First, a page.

Trump’s legal team tried to persuade the judge that the government’s request was so broad that Trump would not be able to respond to political attacks on the campaign trail without potentially violating the protection order.
“Everything that we do here now is under a political microspcope, unfortunately because of what the government has done,” he said. “There has to be fair play here. They haven’t even described the discovery, is it one terabyte, is it 3 terabytes. You can’t ignore the fact that there’s a campaign.”
“He will get his rights,” Chutkan said. “The existence of a political campaign is not going to have any bearing on my decision. I intend to keep that out of my decision.”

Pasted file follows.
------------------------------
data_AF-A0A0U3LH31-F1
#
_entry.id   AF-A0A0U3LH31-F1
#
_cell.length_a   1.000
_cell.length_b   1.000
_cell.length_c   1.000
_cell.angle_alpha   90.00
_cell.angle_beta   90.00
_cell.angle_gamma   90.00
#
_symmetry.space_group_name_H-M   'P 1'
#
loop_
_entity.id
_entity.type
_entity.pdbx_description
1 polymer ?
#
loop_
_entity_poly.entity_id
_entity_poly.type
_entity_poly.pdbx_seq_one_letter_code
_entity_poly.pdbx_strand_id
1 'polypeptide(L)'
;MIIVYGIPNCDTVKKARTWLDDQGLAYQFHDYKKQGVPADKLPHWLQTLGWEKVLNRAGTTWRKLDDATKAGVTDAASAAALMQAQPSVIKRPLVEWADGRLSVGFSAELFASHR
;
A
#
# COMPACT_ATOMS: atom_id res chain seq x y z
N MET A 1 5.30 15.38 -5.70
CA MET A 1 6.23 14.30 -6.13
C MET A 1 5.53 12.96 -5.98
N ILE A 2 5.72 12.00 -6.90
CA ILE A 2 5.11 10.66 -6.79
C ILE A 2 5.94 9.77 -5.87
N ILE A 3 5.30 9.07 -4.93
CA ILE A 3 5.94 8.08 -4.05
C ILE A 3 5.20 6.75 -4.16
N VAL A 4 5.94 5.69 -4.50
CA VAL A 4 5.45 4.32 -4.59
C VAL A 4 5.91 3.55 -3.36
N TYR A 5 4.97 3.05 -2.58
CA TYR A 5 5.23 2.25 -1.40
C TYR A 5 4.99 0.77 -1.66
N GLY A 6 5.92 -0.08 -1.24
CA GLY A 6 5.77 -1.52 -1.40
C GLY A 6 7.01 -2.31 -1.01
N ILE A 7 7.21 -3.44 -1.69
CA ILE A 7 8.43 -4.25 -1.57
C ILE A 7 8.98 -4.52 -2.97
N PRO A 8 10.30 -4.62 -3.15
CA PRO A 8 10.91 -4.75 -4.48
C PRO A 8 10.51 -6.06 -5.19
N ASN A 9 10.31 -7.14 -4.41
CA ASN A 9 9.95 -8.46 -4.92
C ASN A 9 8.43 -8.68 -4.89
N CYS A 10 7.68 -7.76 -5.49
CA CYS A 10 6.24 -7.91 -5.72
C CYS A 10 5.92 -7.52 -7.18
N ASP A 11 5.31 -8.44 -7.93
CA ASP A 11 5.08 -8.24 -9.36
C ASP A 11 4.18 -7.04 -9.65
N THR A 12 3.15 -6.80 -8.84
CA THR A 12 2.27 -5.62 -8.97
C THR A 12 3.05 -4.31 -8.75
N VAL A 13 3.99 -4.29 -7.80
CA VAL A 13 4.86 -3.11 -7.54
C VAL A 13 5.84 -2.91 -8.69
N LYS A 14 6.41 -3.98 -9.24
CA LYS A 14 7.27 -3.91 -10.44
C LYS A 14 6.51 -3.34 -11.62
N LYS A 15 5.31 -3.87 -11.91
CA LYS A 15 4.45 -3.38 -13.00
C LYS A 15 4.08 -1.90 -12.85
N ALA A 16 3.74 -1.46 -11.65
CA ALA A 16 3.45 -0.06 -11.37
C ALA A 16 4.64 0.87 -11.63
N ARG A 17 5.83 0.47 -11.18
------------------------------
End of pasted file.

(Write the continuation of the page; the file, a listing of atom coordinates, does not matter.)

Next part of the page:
Though Chutkan ultimately agreed with Trump’s defense that not all the evidence gathered by the federal grand jury falls under the protection order, she decided witness interviews and other “sensitive” materials must be kept away from the public.
“You’re conflating your client’s defense and what your client wants to do in a campaign,” she told Trump’s attorneys. “The former president engaged in a political campaign, talking about potential witnesses, who may not have the kind of protection that he has.”
“I can see a lot of problems here,” she added. “I can see how in advance of trial making statements about potential witnesses could affect the orderly administration of justice and violate his release conditions.”